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Egypt's top auditor Hisham Geneina dismissed by presidential decree

Ahram Online , Monday 28 Mar 2016
Hisham Geneina
File Photo: Hesham Geneina, the head of Egypt's CAA April 16, 2014 photo, (Photo: AP)
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Egypt’s top auditor Hisham Geneina was sacked on Monday by a presidential decree, hours after State Security Prosecution issued a statement accusing him of making false claims about widespread government corruption.

Geneina, who was appointed by El-Sisi’s predecessor Islamist president Mohamed Morsi, had alleged in statements to local media last year that Egypt’s coffers had lost LE600 billion (about $76 billion) between 2012 and 2015 due to government corruption.

El-Sisi has stressed that fighting corruption is a policy priority.

Since taking office, Geneina has on more than one occasion reported widespread corruption in some of Egypt’s most powerful institutions, including the police, the judiciary and intelligence agencies.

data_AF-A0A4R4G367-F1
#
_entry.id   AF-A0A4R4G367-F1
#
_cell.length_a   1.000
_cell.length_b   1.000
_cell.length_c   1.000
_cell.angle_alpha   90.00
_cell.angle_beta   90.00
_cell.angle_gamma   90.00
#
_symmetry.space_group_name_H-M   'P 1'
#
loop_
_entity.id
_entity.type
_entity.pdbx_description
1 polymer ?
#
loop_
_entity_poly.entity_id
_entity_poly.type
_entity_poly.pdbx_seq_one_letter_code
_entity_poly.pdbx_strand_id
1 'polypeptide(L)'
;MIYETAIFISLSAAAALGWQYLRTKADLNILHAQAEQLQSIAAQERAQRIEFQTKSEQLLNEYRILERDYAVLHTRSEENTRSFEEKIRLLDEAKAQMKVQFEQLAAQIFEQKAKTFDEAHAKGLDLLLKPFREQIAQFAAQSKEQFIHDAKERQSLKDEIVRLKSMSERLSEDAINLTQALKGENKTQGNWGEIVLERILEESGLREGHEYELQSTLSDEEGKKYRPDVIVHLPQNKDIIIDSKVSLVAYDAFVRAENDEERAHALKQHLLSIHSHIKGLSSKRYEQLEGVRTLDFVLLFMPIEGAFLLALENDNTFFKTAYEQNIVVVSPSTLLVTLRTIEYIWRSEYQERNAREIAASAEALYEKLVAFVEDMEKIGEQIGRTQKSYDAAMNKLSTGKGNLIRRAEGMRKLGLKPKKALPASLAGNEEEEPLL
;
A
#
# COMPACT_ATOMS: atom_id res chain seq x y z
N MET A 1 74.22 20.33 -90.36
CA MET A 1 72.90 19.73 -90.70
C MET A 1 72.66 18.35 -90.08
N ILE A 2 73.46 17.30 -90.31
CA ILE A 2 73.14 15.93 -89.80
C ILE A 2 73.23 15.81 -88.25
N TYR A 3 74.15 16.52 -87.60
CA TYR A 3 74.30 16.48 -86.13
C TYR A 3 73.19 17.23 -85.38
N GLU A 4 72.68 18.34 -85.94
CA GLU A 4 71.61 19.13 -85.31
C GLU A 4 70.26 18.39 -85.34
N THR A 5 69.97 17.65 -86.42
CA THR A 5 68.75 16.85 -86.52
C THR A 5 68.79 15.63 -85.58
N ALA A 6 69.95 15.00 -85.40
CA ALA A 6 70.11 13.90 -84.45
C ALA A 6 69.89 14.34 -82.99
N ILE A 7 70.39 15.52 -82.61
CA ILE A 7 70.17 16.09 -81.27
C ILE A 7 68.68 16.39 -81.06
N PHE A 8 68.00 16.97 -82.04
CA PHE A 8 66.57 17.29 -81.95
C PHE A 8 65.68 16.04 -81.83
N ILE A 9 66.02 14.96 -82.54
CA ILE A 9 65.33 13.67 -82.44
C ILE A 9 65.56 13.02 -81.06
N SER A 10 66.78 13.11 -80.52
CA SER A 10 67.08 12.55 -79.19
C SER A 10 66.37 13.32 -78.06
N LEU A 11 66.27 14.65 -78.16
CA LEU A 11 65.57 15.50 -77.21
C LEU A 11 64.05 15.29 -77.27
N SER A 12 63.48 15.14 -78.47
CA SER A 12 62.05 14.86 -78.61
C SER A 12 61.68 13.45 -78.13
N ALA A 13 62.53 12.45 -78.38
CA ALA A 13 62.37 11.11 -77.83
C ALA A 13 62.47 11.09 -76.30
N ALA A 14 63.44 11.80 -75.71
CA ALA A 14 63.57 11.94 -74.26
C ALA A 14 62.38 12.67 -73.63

State Security prosecution said in its statement on Monday that Geneina had exaggerated the sums lost to corruption by harking back to violations prior to 2012, and that he had abused his position as head auditor in gathering documents to make his case, charges on which it would “confront” Geneina.

The president issued a decree last July in the absence of a parliament, allowing him for the first time to dismiss the heads of regulatory agencies, including the top auditor, the governor of the Central Bank of Egypt, the financial regulator, and the Administrative Control Authority, raising questions about their independence.

Late last year, a presidentially appointed fact finding committee accused Geneina of inflating figures and “defaming the state.”

In January, Egypt’s newly elected parliament formed another committee to investigate Geneina’s claims, with several MPs calling for his dismissal.

On 20 January, Egypt's top prosecutor issued a media gag order in the investigation.

Egypt ranked 88th out of 168 countries in Transparency International’s Corruption Perceptions Index in 2015.

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